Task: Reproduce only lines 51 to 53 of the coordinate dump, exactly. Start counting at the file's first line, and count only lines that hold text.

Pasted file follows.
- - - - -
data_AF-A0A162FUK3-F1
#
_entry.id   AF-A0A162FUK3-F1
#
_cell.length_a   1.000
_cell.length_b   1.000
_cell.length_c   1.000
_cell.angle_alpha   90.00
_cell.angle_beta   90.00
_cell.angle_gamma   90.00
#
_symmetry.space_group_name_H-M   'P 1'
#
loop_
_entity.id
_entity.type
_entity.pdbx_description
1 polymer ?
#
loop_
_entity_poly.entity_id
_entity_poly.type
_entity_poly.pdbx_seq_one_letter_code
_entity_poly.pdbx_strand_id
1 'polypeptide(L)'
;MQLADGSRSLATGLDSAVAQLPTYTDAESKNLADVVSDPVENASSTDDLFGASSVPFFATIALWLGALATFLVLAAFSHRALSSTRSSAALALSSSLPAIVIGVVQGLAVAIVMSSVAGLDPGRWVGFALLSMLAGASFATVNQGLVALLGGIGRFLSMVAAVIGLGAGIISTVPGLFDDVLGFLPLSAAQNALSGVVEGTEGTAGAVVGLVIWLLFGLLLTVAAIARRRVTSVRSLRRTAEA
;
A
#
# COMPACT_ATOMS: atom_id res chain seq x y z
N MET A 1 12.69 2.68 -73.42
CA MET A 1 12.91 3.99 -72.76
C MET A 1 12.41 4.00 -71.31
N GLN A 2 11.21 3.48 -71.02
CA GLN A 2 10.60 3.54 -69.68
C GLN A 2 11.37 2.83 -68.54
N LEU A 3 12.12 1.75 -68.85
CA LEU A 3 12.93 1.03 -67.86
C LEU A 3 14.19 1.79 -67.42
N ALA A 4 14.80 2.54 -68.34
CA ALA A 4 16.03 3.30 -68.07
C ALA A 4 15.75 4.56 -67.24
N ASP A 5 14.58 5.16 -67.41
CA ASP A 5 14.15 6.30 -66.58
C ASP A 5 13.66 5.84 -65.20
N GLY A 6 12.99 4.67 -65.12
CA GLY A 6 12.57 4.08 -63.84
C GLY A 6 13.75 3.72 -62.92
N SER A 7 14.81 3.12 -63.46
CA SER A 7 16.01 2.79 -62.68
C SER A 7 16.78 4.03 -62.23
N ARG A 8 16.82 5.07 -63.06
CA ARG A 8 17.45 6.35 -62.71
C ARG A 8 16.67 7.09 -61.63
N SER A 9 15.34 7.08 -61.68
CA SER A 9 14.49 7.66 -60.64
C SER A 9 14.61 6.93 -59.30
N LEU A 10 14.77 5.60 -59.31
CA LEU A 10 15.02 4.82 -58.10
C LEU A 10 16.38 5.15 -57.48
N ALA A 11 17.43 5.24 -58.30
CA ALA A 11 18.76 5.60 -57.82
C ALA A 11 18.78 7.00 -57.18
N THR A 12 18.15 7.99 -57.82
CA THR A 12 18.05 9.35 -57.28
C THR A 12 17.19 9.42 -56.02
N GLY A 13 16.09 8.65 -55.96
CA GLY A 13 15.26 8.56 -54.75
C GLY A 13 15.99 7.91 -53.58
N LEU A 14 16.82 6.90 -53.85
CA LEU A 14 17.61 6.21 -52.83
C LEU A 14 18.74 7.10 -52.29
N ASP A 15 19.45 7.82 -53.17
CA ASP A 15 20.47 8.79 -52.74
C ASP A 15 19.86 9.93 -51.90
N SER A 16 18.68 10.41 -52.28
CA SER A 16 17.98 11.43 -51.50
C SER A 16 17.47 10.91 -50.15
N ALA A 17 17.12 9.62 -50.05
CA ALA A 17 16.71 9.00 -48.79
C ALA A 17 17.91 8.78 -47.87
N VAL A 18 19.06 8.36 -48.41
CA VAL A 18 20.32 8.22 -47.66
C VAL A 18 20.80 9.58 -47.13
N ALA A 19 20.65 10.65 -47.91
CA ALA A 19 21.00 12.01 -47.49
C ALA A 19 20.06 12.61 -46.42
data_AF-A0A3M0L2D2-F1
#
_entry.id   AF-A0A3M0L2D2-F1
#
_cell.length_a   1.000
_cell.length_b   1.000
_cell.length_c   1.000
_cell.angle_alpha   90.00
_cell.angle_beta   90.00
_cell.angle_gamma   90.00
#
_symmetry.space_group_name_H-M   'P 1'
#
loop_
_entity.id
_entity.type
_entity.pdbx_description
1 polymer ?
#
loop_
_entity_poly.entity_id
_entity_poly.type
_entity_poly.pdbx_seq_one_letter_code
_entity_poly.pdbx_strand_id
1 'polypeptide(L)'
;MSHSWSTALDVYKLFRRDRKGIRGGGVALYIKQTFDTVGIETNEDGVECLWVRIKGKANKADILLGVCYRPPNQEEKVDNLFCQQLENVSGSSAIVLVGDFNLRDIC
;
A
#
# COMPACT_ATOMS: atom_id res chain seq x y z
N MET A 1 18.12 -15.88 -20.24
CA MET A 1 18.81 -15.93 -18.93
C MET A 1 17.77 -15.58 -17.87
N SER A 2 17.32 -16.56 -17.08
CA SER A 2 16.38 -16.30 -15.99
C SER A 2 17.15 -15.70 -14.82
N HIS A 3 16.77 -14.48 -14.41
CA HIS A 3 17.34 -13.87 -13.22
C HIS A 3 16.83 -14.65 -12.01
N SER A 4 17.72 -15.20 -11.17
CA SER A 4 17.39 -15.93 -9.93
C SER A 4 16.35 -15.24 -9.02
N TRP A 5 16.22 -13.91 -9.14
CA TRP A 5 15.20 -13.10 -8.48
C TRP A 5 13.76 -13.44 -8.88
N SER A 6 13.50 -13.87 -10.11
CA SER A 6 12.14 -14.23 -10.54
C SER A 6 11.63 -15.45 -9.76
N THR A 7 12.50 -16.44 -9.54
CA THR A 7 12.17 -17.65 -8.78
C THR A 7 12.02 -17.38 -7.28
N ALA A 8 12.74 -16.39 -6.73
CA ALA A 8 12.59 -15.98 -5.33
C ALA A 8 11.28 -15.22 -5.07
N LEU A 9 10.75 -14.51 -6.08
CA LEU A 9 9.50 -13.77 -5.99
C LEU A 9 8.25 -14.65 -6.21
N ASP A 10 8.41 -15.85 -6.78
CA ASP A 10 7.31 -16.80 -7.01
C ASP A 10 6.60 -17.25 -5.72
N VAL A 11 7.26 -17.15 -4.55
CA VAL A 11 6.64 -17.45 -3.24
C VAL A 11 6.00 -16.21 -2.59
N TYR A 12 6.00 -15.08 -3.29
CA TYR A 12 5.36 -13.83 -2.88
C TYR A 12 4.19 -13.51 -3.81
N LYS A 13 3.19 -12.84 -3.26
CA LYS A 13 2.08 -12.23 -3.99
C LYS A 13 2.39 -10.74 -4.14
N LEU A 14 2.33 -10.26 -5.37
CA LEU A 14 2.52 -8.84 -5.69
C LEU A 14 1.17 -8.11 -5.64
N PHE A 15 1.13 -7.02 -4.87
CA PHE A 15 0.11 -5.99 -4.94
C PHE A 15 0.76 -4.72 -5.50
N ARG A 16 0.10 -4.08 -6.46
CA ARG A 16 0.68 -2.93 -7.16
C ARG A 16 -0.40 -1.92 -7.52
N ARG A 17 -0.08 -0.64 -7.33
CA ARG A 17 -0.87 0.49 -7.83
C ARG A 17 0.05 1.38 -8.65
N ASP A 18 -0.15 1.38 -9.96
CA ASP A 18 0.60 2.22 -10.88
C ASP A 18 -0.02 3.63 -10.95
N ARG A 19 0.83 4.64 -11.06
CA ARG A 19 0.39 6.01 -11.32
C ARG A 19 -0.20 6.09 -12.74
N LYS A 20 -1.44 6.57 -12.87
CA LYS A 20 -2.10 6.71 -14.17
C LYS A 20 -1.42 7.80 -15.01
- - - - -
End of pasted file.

C SER A 7 16.78 4.03 -62.23
N ARG A 8 16.82 5.07 -63.06
CA ARG A 8 17.45 6.35 -62.71